I grew up in a tiny neighborhood of a small historic town. Marg, a woman who lived across the street, had a wonderful backyard garden that she puttered around in. I can still taste those tomatoes 20 years later. Our next door neighbor, Mr. Hope, converted his entire generous backyard lot into a tiny version of the farm he once owned. He was persnickety and a pain, but also generous and treated us to a variety of vegetables. Corn never tasted so good. Mrs. Bell, whose own lot backed onto his, loved to grow lilacs and other flowers. Their smell was intoxicating. She and Mr. Hope were usually at war over the property line and one day the air was blue when she discovered he had hacked a good part of a lilac bush that had overhung their mutual fence. I had no idea an old lady could cuss like that.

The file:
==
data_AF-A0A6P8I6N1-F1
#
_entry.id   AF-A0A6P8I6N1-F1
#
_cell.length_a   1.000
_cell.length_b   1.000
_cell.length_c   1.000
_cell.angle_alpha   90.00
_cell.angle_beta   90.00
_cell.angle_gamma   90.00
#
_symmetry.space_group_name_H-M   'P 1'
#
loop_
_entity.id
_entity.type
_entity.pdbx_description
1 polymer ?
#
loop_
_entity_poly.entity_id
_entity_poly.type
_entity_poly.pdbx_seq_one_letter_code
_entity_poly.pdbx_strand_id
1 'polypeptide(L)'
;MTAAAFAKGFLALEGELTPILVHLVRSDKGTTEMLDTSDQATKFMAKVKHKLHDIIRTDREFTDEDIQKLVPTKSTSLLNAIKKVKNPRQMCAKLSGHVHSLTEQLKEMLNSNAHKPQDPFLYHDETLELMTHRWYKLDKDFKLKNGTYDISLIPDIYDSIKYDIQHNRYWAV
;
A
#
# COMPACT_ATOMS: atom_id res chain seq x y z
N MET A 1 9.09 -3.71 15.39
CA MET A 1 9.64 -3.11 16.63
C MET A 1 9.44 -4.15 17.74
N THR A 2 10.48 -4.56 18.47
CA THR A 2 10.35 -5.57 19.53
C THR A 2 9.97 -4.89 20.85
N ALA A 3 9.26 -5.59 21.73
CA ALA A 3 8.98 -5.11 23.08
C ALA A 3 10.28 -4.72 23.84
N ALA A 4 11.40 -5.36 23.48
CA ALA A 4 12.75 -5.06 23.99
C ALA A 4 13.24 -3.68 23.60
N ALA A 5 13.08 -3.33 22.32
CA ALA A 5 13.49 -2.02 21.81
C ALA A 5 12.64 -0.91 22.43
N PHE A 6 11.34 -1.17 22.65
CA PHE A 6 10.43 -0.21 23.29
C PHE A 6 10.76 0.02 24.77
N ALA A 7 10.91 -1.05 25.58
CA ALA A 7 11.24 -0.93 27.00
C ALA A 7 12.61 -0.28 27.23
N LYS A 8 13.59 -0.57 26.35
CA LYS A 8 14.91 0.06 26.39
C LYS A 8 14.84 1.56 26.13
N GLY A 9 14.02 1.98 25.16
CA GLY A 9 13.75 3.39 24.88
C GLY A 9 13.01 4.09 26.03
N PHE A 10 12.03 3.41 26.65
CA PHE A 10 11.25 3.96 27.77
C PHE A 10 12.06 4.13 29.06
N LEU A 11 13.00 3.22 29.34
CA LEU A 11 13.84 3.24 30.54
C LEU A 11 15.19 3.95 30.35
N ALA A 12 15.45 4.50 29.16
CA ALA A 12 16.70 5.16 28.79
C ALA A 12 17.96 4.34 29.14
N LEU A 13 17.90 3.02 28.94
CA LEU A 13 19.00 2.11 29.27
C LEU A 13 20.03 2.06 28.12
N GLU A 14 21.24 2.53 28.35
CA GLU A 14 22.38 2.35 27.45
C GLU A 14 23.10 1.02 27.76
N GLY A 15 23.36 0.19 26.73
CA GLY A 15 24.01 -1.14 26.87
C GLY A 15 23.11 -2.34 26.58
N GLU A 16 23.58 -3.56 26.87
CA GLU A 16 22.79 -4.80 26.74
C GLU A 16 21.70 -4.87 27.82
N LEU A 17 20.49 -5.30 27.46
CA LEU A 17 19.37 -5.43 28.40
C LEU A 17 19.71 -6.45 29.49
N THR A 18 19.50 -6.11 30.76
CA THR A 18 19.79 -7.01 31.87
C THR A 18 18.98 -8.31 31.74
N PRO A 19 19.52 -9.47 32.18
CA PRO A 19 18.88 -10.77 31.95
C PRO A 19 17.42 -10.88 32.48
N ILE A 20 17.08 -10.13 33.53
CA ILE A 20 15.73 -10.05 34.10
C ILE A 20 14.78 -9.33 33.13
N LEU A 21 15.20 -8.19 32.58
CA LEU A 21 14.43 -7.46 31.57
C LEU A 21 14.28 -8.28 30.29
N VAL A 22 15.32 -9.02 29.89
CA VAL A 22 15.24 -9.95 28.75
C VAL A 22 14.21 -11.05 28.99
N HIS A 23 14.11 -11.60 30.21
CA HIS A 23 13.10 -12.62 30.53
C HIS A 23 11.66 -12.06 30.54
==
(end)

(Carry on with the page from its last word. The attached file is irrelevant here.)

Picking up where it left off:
Four years ago I made the decision to have a garden. Now, the Billingsley family and its members by blood or marriage, are known for a few things, most of them infamous, but they are not known for possessing green thumbs. Undeterred I pressed forward and with Darrel’s assistance, an 8 X 8 ft raised bed was built. Our property is located in the Tanana Valley, home to the land of silt on permafrost. Even in the middle of the summer frozen ground can be located less than two feet down. Most excellent for black spruce, swamps and mosquitoes, but not for gardens.

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We had to haul in two loads of garden soil which was the first time in my life I have paid for dirt. I was like a pig in, ahem, dirt when the soil arrived. Darrel, not so much – “We are buying dirt?”